Owen slid one of his homemade Chili Beef Pizzas (always fillet steak!) onto the pizza stone that sat on top of the crackling BBQ and placed the heavy black lid on that would turn it into a blisteringly hot oven. The hiss of a can being opened sounded beside me as Owen passed me an ice cold beer. Two hours ago i was in work now i was watching the silver sea with a beer in my hand and hungry senses being teased by wafts of roasting beef and crisping dough.

The first slice of pizza was virtually inhaled, it tasted so good. It didn't take long for the plates to be emptied, a frozen bottle of vodka magically appeared and we began the very serious matter of putting the worlds to rights. Time drifted, as it does when mixed with alcohol, i looked at my watch and said it was nearly midnight. Midnight swim? We grabbed our towells and made the short dark walk to the beach. Under the cover of darkness i was happy to wear socks wit my sandals but realised my error when i stepped into a bog which left my toes encased in soggy muddy wool.

We were soon on the beach, clothes off and running across the sand to the floating silver pathway of the reflected moon that stretched from the horizon to the beach. I ran into the water and just as i reached critical (groin) level dived into the dark cold brine. Straight into a brisk breaststroke out to sea and then floating around on my back in the twinkling seascape looking up at the moon and around and the dark shadows cast by the nights clouds.

Back on the beach we jogged back to our towells looking like representatives from the Ministry Of Funny Walks (Naturist Department) as we stubbed toes on pebbles or stood on sharp shells. We quickly dried off and headed back to the van, the cold salty water (or the copious amount of consumed vodka) had given us the munchies.

Owen chucked some more charcoal on the BBQ and set about pounding some dough for another pizza, this time chicken and chili. I poured two shots of vodka straight from the freezer, for medicinal apres swim purposes and we sunk back into the caravans soft well worn armchairs.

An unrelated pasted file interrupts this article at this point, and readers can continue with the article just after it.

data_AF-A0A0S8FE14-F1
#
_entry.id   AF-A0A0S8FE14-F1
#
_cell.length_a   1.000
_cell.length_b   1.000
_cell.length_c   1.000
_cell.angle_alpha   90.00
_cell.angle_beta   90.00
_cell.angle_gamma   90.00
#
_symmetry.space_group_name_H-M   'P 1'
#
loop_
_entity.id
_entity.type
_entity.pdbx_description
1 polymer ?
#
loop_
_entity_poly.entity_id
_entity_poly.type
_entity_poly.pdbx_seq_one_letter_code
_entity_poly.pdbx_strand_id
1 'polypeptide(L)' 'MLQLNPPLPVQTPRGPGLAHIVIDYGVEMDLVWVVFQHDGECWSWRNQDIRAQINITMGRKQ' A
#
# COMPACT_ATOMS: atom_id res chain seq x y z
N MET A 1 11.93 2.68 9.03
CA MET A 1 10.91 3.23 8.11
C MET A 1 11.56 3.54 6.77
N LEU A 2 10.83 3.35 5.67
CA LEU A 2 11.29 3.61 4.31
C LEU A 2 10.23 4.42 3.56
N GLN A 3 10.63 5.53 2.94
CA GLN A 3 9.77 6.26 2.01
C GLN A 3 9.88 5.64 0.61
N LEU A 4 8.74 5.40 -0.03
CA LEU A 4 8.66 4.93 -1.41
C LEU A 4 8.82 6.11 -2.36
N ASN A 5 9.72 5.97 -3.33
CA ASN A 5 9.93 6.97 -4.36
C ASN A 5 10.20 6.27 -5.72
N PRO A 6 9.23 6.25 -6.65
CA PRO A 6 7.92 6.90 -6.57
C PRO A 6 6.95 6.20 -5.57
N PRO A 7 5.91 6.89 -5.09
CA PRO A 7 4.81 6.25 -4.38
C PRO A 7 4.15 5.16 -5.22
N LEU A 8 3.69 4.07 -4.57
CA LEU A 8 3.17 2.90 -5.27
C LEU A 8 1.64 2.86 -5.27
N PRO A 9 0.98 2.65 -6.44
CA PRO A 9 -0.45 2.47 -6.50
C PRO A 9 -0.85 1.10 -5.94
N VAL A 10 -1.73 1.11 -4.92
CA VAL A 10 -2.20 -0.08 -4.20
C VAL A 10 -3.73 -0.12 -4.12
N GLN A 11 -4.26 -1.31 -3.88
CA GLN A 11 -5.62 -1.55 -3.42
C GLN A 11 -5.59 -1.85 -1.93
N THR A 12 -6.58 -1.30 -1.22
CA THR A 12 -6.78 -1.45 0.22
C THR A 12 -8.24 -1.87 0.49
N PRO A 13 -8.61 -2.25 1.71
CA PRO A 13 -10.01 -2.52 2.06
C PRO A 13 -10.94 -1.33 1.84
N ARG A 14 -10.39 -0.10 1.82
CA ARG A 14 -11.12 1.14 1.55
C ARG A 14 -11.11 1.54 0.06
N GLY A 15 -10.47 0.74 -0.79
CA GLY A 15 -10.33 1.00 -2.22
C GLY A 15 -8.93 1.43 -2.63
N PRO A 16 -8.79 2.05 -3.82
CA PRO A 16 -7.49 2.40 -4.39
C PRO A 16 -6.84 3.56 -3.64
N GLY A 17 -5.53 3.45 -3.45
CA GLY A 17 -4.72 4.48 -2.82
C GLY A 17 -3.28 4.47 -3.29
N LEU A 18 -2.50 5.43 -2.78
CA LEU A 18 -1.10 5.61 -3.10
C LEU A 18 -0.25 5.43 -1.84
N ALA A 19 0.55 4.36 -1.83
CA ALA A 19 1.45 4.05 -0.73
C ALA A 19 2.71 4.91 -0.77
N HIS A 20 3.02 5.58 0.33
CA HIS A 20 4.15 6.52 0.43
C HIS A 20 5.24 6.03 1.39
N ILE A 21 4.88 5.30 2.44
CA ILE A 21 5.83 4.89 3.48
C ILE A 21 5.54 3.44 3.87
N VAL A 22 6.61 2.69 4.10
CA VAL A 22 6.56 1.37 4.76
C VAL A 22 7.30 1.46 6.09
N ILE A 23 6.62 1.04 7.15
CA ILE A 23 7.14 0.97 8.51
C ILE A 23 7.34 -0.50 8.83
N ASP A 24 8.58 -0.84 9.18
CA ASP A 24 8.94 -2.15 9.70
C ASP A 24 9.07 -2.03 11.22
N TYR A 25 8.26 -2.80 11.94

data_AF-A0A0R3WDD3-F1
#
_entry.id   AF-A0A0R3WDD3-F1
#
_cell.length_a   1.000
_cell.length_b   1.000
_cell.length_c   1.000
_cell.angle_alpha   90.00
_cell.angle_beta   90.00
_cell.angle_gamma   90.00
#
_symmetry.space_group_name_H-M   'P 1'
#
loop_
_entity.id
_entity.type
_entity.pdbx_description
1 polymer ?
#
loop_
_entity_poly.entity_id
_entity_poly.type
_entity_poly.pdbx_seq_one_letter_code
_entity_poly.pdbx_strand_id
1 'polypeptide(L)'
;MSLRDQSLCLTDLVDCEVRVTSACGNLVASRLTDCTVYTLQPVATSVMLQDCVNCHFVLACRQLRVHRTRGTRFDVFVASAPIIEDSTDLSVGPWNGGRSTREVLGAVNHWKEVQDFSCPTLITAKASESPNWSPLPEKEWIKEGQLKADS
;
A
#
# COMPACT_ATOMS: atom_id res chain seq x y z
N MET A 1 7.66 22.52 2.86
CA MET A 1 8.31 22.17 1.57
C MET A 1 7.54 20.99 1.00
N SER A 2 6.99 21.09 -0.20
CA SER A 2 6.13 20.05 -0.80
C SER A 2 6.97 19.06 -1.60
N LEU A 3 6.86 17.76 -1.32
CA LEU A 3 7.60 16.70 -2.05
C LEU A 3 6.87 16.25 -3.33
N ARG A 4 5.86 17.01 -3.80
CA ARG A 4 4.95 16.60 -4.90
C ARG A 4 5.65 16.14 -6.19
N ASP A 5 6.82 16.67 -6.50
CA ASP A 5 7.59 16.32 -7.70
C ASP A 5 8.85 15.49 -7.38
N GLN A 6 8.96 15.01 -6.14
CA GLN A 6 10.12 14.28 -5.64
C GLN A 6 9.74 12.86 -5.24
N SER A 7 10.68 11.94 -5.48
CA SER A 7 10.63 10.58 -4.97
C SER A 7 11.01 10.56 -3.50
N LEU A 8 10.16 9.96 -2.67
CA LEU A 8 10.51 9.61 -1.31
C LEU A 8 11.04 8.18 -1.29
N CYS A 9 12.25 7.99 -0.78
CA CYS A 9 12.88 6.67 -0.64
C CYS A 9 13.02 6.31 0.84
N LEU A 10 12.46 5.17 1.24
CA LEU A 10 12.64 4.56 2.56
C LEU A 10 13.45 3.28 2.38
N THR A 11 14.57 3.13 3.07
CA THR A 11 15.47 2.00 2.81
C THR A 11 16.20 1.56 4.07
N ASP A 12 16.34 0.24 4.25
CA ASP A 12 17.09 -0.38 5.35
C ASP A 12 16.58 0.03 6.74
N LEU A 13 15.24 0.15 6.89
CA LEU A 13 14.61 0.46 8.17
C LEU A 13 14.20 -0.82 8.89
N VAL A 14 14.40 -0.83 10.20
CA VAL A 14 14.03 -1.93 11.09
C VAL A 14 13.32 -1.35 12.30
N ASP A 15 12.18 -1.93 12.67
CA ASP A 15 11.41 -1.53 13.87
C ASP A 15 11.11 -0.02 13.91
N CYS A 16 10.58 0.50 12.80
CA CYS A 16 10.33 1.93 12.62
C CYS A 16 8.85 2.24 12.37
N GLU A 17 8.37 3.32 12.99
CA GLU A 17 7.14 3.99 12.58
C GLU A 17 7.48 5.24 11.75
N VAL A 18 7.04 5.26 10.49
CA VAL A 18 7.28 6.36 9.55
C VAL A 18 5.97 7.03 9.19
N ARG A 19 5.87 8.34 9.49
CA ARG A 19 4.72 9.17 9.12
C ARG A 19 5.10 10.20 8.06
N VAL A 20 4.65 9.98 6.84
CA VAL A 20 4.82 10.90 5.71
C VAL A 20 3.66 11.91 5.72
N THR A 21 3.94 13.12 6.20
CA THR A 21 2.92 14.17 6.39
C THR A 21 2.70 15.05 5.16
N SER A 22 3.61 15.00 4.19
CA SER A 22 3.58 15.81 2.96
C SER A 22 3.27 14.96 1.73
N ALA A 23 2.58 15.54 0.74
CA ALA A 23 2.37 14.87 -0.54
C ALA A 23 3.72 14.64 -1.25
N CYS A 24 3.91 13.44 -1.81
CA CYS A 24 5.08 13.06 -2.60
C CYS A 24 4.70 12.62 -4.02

TV on i spent a good 20 minutes looking at the blue sky screen trying to find something to watch, squinting my drunken eyes to focus on the uninteresting words. The search was fruitless and the off button was pressed. I slipped on the armchair into a more reclined position and drifted off into a drunken dream. I awoke at 06:50 horizontal on the caravan sofa at eye level with the coffee table which held a whole, untouched chili chicken pizza. My wooden tongue clicking in the desert of my mouth. I rubbed my eyes and felt the sting of the salt from the midnight swim. I succumbed to the usual feelings of having spent a night in Owens company, being extremely full and extremely hungover.

Unable to face breakfast we threw our bags into the car, Owen asked if i had my bodyboard and told me to chuck that in as well, just in case. He drove. It was cloudy and threatened to rain, our heads felt better hiding behind shades. As we left the caravan park and entered the winding county lanes my condition nose dived as my hangover took hold.  We knew roughly where we were going but not exactly. I was suffering from sea sickness as we snaked across the countryside. Owen handed me a map, i managed to spit out "no chance" as i fought to keep the contents of my stomach in place.